By: L.A. Kohl
March 19, 2006
(published in the April 5, 2006 edition of "The Bullseye")
Here at our rural home, we have a deep appreciation for certain things from bygone days; whether it’s an extremely well-built piece of furniture that is over 100 years old…or a way of life reminiscent of a time long past, when life was a little simpler and slower paced. Let’s say for instance, the milkman.
My grandfather, who would have been 94 years old in January, was a milkman in Denver, CO many years ago. He liked to tell stories about his years delivering milk, first by horse and cart, and then eventually by truck.
But this isn’t about my grandpa…this is about our milkman.
Yes – we had a modern day milkman. For several years, Sam Stroupe drove up our driveway once a week, in his aged, diesel delivery vans, to bring our week’s supply of fresh-from-the-farm, whole milk. He met my grandfather once, a couple of years ago when he delivered our milk and my grandpa happened to be visiting us. I knew Sam had many more customers waiting for their milk, but he patiently stood, listened and smiled while an old gentleman re-lived some of his “glory” days as a milkman.
Occasionally Sam would rearrange his routes and show up on a different day at a different time; but he always showed up. Through holidays, ice covered roads, and simmering heat – you could always count on the weekly visit from “Sam the milkman." And you could always bet that he would greet you with a smile and ask how everyone was doing this week. If we didn’t happen to be at home – we’d leave the door unlocked for him, or leave him a key so he could come in and put the milk in the refrigerator for us. He became a part of this routine we call “life”. It may have been a small part – but it was a valued part.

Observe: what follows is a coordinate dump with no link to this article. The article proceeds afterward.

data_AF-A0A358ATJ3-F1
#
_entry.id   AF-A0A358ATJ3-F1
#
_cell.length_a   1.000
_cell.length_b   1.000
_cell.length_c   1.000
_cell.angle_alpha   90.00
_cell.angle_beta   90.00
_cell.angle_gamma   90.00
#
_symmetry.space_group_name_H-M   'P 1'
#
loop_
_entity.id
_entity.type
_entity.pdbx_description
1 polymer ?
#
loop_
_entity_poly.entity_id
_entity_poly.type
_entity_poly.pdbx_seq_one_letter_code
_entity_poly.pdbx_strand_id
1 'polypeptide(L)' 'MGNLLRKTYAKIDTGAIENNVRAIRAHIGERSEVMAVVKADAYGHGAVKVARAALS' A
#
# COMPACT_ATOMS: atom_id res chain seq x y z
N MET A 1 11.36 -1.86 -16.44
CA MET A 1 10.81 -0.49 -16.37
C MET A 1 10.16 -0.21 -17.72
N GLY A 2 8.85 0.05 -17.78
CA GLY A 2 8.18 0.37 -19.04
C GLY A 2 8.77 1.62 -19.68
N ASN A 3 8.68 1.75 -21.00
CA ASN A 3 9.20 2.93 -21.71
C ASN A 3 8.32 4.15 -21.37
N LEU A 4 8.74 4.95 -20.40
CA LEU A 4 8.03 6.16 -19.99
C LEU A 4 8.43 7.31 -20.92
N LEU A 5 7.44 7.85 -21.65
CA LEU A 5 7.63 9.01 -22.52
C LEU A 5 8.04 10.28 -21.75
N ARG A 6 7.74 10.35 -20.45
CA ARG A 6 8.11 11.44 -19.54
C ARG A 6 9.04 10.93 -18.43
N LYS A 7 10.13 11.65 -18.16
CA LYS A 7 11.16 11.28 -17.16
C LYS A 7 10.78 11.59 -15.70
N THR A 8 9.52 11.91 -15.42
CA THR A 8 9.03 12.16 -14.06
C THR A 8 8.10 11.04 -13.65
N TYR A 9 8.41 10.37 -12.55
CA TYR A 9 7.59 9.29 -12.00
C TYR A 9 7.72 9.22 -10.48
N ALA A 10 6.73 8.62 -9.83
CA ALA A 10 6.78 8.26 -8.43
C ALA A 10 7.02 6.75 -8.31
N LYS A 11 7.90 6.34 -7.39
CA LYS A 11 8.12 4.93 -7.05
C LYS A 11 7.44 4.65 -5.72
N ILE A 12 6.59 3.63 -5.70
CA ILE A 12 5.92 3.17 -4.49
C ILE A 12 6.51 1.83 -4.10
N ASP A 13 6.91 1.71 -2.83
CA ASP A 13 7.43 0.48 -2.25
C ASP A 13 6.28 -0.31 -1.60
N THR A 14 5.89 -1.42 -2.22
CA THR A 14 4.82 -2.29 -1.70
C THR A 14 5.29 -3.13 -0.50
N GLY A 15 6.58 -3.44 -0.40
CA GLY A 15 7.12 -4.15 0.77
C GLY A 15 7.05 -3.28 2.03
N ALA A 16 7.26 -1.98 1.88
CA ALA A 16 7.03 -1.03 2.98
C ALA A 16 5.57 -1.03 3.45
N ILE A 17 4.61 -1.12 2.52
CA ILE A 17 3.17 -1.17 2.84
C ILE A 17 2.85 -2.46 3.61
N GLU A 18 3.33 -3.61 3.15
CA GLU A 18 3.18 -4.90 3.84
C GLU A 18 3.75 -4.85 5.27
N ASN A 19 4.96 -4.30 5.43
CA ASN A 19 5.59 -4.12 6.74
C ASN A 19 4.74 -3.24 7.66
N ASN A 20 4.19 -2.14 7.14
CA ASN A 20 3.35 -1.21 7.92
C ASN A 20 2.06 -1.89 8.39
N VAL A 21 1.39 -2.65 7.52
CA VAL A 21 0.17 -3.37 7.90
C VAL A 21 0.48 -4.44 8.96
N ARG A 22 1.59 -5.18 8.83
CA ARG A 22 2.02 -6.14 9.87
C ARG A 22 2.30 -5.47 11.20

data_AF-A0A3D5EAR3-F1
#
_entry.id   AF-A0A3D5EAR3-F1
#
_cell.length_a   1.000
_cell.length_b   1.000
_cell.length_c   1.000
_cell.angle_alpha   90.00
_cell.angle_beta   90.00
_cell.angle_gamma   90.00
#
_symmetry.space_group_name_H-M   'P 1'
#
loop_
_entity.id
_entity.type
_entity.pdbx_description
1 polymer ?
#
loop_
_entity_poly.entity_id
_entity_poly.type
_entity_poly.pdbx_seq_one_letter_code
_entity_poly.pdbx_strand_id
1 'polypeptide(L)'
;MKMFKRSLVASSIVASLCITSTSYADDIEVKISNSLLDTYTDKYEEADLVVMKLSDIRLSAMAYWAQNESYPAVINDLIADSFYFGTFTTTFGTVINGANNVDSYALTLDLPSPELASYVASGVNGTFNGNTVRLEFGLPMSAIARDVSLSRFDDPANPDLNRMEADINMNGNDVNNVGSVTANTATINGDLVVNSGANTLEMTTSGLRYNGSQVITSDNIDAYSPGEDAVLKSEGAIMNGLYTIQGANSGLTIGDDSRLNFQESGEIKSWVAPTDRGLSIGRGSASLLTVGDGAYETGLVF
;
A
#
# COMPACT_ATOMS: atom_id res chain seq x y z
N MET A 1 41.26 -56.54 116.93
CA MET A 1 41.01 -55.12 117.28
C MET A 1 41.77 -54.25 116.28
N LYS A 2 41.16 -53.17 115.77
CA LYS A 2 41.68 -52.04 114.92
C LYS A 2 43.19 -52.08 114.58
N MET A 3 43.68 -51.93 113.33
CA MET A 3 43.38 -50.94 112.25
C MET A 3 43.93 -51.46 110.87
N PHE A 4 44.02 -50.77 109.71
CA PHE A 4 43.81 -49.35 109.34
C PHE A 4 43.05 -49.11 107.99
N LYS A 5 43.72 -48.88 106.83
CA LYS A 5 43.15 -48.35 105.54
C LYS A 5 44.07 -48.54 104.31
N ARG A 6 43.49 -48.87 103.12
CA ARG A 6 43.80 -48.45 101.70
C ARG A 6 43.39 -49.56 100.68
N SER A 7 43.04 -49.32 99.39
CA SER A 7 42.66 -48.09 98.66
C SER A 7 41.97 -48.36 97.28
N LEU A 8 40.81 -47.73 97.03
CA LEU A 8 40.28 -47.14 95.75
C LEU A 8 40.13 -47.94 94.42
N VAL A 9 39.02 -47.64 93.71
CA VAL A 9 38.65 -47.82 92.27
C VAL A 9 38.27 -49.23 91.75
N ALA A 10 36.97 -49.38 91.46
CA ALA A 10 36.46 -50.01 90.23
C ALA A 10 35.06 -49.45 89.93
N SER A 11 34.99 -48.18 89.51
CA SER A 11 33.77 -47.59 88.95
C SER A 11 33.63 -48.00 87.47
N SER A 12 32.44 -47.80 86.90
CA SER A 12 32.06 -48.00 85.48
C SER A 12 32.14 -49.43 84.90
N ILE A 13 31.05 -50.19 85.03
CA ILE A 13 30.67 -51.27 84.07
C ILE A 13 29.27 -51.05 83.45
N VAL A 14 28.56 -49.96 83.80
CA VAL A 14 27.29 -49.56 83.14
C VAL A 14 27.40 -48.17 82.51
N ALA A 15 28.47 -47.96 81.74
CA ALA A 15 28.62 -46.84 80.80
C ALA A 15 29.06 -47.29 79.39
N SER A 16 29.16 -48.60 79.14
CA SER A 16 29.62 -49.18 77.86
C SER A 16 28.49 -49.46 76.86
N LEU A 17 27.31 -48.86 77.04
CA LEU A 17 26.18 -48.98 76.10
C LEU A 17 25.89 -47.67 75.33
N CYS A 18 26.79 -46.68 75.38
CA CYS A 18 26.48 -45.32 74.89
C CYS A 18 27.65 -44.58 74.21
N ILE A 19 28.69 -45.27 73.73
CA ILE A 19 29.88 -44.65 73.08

That’s why I was so surprised one late Friday night to walk in our door and find our empty milk jars still sitting on the table, where I usually left them for Sam to pick up when he brought the week’s milk. I opened up the refrigerator, to see if by chance he had brought the milk and just forgotten the jars…and there was the note.
My heart sank as I read about how a tornado had assaulted his farm south of Armstrong on that stormy Sunday in March. It not only destroyed his home, but his farm buildings as well – and thus, his livelihood. He gave thanks to God for keeping his family unharmed through it all, and humbly admitted that he was getting too old to think about rebuilding. He would be looking for another job, and we would no longer have a milkman.
I know there are lots of folks, from Clark to Columbia, from Fayette to Midway, and many places in between, that will miss Sam the milkman. He not only provided a wonderfully rare service to his customers – he was a link to a quickly disappearing, past way of life.
We’ll miss Sam…his smile, his cheerful outlook, and his fresh milk and cream. Moreover, we’ll miss the convenience and nostalgia of having a milkman, as he becomes another irreplaceable part of the past.